WHAT: Summer is the perfect time for rosé. We tend to eat lighter foods, but we still want wine with some flavor and body, so rosé fits in nicely.
Some people tend to look down their noses at rosé, and some of it is made badly. But we have been seeing more and more outstanding rosé wines from all over the world.
The best traditionally have come from Provence in France. But now winemakers in other regions are taking their rosé seriously, and we wine drinkers reap the benefits. Wine drinkers also are paying more attention to rosé.
For the 11th consecutive year, exports of rosé wine from Provence to the United States have grown at double-digit rates.
No one takes rosé more seriously than the folks at Charles & Charles, where rock star winemakers Charles Bieler and Charles Smith have been perfecting their technique since 2008. Bieler brings the experience of producing rosé in Provence and Smith adds knowledge of the Washington vineyards.
The wine is a gorgeous deep pink in the glass, with floral notes of rose petals and violets in the aroma. On the palate there are vibrant flavors of ripe fruit including strawberry, raspberry and Bing cherry. There is a touch of citrus, minerality and a lively acidity leading to a crisp finish.
It is a great food wine, but it also is that perfect sip at the end of a long, hot day, when you just want to sit on the porch and dream.
Syrah dominates this blend, as it does every year, but the supporting cast adds some interesting elements. The wine starts with 72 percent syrah, then adds 8 percent mourvedre, 8 percent cabernet sauvignon, 6 percent grenache, 3 percent cinsault and 3 percent counoise.
This is a good wine for the white wine drinker who thinks he or she might like to try a red. The berry flavors are there, but the wine is crisp and dry like a chardonnay or sauvignon blanc.
The winery owners say that is their target market: white wine lovers who can be enticed by a light red. Young people also like rosé, and the millenials are flocking to dry rosé.
I couldn’t find any information about how the wine is fermented, but I would bet it never sees oak.
The 2014 vintage was another year of high mid-summer temperatures, pushing ripening along faster than most growers like. It cooled a bit in September to allow more flavor development while keeping sugars down.
The two Charles say this is their most complex rosé yet. They attribute that to the large number of vineyards from which they get their grapes, and cool-site vineyards on the edge of where it’s possible to grow grapes. They also pick on the early edge of ripeness, a few weeks before they would pick the same grapes if they were making a red wine.
The label is distinctive, an abstract American Flag made by Hatch Show Print, a legendary poster shop in Nashville, Tenn. This rosé has sold out every vintage since the first in 2008, but this year there are 43,000 cases available, so there should be some around.
Columbia Valley, where these grapes were grown, is Washington State’s largest wine-growing region, with nearly 11 million acres in the eastern part of the state. Because it is so large, the region allows growers to plant a widely diverse selection of grape varieties.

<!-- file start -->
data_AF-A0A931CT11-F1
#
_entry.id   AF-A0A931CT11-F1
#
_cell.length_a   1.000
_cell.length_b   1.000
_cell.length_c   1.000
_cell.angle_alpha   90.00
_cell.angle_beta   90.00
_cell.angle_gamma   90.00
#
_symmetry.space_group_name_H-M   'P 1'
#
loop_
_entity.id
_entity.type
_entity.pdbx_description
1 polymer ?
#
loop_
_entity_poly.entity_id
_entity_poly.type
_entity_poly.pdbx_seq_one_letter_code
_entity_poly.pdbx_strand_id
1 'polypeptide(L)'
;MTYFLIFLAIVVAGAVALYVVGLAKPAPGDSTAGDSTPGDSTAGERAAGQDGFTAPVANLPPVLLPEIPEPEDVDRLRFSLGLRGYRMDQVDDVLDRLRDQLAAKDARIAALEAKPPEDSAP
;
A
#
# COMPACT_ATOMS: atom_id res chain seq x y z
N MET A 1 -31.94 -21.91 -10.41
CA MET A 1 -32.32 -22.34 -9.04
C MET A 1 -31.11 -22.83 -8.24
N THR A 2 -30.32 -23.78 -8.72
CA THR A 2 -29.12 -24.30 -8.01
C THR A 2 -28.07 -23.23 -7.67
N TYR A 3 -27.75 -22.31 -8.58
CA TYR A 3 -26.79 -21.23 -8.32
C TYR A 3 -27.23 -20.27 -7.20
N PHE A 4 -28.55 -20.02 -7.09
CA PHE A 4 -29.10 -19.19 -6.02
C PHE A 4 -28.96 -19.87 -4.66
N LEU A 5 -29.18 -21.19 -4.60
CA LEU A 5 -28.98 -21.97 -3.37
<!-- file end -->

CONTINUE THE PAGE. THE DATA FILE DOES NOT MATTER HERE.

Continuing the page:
Washington is now the second-largest premium wine producer in the country, behind California.
WINERY: Charles & Charles is a collaboration between two celebrated winemakers that began with a rosé in 2008. Charles Bieler, who made great rosé with his father in Provence, met Charles Smith, who was making a name for himself in the Pacific Northwest.
Smith already had K Vintners and Charles Smith Wines, and was Wine Enthusiast magazine’s 2014 winemaker of the year. Bieler worked with his father at Bieler Pere et fils, and also produced Three Thieves and Gotham Project.
They say they want to make wines that can be enjoyed now, wines that reflect the varietal and the vineyards in which the grapes are grown. They make only four wines together: the rosé (which made the Wine Spectator Top 100 a few years ago), a chardonnay, a cabernet sauvignon blend, and a single-vineyard riesling.
Each Charles is an interesting character. Bieler became a rosé pioneer in the United States, driving all across the country in a pink Cadillac to promote the wine at a time it was considered a second-tier wine.
During his college years at the University of Colorado he captained the school’s NCAA-championship ski team and was on track to be a top-ranked U.S. ski racer. Instead he focused on the wine industry. Through his Gotham Project he sells wine in kegs.
Smith never studied wine in college and came to the business by an off-beat route. He moved to Scandinavia in the 1980s and began managing rock bands.
Wining and dining on the road fueled his passion for wine, and in 1999 he bought a small wine shop in Bainbridge Island, just across the Puget Sound from downtown Seattle.
He discovered a passion for Syrah and moved to Walla Walla to make his own wine. In 2001, he released 300 cases of 1999 K Syrah. Later he created the highly acclaimed Kung Fu Girl Riesling, which made the Wine Spectator Top 100 list two years in a row and best value list five years in a row.
He also owns the K Vintners, Secco Italian Bubbles and Vino.
GOES WITH: My wife, Teri, and I had this delightful wine with bacon, lettuce and tomato sandwiches, one of my favorite summertime meals because the tomatoes are so good now, and you don’t have to do a lot of cooking to get a great meal.
We toast the bread, layer on lots of crisp bacon, thick slices of tomato and top it with lettuce. Teri adds mayonnaise, but I skip that.
We added potato chips and a salad to complete the meal.
The fresh fruit flavors of the wine match perfectly with the smoked bacon and the tart tomato. It felt like we were having picnic.
You also can drink it with barbecue, burgers, grilled fish, pork, fried chicken, boiled crawfish, salads and Asian takeout food. It’s a versatile wine. Serve it well chilled.